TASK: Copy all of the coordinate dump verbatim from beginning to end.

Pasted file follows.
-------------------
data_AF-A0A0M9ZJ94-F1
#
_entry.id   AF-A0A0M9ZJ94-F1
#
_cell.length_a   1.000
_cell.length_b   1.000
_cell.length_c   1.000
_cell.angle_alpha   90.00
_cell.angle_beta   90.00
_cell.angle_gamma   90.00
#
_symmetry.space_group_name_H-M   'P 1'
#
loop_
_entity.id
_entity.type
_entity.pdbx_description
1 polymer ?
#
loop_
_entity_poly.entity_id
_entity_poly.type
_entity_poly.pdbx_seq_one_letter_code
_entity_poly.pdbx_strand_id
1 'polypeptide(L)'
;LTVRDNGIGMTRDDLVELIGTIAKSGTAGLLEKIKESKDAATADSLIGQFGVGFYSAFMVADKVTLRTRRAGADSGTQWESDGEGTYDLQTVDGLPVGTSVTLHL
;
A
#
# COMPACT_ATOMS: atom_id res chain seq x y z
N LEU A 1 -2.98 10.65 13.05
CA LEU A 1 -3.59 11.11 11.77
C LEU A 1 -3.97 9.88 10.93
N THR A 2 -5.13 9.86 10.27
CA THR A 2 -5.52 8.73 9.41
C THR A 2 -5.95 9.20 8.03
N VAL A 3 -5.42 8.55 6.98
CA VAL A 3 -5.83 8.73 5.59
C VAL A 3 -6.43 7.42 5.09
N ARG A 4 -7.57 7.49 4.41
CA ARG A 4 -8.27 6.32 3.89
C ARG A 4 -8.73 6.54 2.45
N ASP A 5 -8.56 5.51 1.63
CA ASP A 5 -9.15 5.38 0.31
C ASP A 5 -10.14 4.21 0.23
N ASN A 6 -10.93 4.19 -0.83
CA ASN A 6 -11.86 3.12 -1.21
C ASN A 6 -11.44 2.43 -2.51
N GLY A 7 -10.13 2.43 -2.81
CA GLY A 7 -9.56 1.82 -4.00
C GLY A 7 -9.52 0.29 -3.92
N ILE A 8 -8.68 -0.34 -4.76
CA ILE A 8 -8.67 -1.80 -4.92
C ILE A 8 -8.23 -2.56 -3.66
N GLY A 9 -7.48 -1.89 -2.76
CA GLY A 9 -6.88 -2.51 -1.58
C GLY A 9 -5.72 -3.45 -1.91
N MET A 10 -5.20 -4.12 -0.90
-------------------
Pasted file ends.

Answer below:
data_AF-A0A0M9ZJ94-F1
#
_entry.id   AF-A0A0M9ZJ94-F1
#
_cell.length_a   1.000
_cell.length_b   1.000
_cell.length_c   1.000
_cell.angle_alpha   90.00
_cell.angle_beta   90.00
_cell.angle_gamma   90.00
#
_symmetry.space_group_name_H-M   'P 1'
#
loop_
_entity.id
_entity.type
_entity.pdbx_description
1 polymer ?
#
loop_
_entity_poly.entity_id
_entity_poly.type
_entity_poly.pdbx_seq_one_letter_code
_entity_poly.pdbx_strand_id
1 'polypeptide(L)'
;LTVRDNGIGMTRDDLVELIGTIAKSGTAGLLEKIKESKDAATADSLIGQFGVGFYSAFMVADKVTLRTRRAGADSGTQWESDGEGTYDLQTVDGLPVGTSVTLHL
;
A
#
# COMPACT_ATOMS: atom_id res chain seq x y z
N LEU A 1 -2.98 10.65 13.05
CA LEU A 1 -3.59 11.11 11.77
C LEU A 1 -3.97 9.88 10.93
N THR A 2 -5.13 9.86 10.27
CA THR A 2 -5.52 8.73 9.41
C THR A 2 -5.95 9.20 8.03
N VAL A 3 -5.42 8.55 6.98
CA VAL A 3 -5.83 8.73 5.59
C VAL A 3 -6.43 7.42 5.09
N ARG A 4 -7.57 7.49 4.41
CA ARG A 4 -8.27 6.32 3.89
C ARG A 4 -8.73 6.54 2.45
N ASP A 5 -8.56 5.51 1.63
CA ASP A 5 -9.15 5.38 0.31
C ASP A 5 -10.14 4.21 0.23
N ASN A 6 -10.93 4.19 -0.83
CA ASN A 6 -11.86 3.12 -1.21
C ASN A 6 -11.44 2.43 -2.51
N GLY A 7 -10.13 2.43 -2.81
CA GLY A 7 -9.56 1.82 -4.00
C GLY A 7 -9.52 0.29 -3.92
N ILE A 8 -8.68 -0.34 -4.76
CA ILE A 8 -8.67 -1.80 -4.92
C ILE A 8 -8.23 -2.56 -3.66
N GLY A 9 -7.48 -1.89 -2.76
CA GLY A 9 -6.88 -2.51 -1.58
C GLY A 9 -5.72 -3.45 -1.91
N MET A 10 -5.20 -4.12 -0.90